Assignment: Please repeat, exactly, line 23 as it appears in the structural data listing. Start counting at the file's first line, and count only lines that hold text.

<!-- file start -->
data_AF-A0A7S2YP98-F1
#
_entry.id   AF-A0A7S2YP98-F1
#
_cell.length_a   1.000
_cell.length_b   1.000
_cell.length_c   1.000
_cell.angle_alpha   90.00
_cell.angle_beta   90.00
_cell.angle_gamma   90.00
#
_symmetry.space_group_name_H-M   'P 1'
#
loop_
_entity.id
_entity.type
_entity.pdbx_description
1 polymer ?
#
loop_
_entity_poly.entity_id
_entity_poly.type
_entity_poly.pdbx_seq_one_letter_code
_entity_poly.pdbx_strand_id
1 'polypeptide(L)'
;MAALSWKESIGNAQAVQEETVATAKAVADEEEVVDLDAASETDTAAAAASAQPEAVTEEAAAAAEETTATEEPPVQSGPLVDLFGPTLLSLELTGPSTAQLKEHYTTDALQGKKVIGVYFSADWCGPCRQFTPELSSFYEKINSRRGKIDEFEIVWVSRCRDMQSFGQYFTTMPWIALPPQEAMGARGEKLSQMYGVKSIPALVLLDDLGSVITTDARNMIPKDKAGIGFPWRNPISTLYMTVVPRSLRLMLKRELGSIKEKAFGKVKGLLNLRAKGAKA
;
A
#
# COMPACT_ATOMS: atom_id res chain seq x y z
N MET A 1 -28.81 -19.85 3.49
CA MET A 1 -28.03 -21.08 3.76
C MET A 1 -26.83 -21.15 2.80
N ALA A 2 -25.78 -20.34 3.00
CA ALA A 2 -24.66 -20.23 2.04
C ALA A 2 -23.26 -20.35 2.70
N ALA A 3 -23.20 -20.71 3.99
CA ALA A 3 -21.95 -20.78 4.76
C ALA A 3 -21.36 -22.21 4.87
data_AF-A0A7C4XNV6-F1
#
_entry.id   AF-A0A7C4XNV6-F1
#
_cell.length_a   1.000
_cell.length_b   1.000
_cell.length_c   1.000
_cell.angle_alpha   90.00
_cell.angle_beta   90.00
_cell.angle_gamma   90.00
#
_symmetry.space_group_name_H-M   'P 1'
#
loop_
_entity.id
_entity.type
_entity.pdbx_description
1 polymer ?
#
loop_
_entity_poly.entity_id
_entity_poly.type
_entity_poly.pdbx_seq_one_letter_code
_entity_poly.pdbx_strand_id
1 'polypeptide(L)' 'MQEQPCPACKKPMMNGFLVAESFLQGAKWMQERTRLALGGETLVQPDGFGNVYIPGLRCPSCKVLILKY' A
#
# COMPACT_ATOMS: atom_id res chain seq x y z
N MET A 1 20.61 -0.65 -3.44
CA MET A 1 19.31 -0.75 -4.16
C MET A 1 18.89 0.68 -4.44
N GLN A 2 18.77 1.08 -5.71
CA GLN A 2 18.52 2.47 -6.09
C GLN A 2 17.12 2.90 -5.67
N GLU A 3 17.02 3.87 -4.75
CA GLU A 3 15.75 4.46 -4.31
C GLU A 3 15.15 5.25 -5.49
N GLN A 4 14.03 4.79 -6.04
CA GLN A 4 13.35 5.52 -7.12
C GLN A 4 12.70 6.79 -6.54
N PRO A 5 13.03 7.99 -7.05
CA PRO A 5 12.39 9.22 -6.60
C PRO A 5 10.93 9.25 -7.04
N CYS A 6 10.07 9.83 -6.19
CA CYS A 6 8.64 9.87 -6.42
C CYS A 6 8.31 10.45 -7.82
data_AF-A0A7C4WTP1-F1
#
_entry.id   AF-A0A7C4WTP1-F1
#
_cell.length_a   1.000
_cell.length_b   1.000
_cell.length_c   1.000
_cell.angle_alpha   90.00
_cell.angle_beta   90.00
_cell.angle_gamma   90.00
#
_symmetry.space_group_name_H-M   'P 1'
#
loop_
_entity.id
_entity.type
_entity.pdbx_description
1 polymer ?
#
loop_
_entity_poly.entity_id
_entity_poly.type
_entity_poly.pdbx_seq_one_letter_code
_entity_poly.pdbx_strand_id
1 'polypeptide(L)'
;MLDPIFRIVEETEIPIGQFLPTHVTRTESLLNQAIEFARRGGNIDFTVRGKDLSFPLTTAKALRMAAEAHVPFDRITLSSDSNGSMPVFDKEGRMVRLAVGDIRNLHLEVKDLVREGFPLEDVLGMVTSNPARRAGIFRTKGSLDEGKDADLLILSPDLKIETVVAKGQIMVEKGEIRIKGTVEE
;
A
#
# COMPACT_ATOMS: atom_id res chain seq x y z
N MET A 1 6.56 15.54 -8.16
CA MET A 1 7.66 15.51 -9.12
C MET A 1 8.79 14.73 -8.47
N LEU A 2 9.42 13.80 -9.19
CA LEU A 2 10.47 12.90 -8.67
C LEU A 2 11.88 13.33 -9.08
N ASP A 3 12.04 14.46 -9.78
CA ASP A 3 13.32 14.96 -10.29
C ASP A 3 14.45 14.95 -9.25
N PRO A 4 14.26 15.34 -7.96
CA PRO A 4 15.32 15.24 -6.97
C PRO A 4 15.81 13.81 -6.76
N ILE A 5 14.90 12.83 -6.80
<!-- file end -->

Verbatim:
_entity_poly.pdbx_seq_one_letter_code